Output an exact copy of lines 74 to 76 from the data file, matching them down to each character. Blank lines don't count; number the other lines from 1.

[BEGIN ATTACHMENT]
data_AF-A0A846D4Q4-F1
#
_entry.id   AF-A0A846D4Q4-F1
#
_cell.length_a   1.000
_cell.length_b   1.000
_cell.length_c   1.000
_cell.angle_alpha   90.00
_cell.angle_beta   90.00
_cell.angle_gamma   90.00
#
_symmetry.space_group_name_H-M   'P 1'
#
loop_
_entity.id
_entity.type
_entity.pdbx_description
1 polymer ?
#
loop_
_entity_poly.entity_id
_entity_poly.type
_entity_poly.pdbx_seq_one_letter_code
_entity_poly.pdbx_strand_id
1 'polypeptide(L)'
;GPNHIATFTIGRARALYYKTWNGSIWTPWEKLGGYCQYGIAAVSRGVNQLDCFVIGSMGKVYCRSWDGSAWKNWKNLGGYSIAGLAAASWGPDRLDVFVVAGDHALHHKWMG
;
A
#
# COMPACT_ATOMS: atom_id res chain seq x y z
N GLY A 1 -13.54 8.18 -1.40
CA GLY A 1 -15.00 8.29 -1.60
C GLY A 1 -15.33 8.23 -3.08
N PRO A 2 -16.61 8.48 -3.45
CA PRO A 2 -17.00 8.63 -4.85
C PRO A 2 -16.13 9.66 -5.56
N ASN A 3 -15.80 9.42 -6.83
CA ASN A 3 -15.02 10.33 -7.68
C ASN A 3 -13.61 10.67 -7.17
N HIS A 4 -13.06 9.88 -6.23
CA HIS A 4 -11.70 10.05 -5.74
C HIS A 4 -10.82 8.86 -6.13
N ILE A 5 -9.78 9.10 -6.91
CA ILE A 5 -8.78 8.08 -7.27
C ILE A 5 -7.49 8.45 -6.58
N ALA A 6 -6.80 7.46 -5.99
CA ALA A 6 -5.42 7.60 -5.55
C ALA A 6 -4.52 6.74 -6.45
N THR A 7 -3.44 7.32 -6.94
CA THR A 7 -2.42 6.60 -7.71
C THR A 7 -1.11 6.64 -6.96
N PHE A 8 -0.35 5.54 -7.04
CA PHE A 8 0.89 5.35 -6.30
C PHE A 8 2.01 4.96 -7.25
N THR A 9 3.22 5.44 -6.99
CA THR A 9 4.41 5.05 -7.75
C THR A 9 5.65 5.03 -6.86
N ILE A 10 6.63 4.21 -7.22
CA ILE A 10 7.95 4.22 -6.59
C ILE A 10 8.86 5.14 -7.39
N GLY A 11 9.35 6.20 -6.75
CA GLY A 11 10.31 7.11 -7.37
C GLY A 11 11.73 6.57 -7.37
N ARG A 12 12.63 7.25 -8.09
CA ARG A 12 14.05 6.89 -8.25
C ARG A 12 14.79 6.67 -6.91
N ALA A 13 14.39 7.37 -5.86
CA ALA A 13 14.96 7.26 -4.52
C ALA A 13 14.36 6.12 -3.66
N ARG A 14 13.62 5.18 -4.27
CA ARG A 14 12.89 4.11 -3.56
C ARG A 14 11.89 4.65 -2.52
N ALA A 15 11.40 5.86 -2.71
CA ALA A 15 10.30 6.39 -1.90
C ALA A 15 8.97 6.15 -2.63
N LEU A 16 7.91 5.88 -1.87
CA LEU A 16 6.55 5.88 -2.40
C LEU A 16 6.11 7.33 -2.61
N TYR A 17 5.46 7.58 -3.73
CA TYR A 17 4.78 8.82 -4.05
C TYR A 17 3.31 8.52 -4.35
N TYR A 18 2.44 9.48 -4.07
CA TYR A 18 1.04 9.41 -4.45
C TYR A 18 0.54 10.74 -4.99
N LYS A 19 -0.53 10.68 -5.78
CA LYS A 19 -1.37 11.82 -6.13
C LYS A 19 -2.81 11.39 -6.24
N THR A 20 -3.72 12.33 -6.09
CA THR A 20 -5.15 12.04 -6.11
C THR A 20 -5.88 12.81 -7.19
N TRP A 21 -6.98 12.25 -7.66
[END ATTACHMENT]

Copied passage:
CA ALA A 15 10.30 6.39 -1.90
C ALA A 15 8.97 6.15 -2.63
N LEU A 16 7.91 5.88 -1.87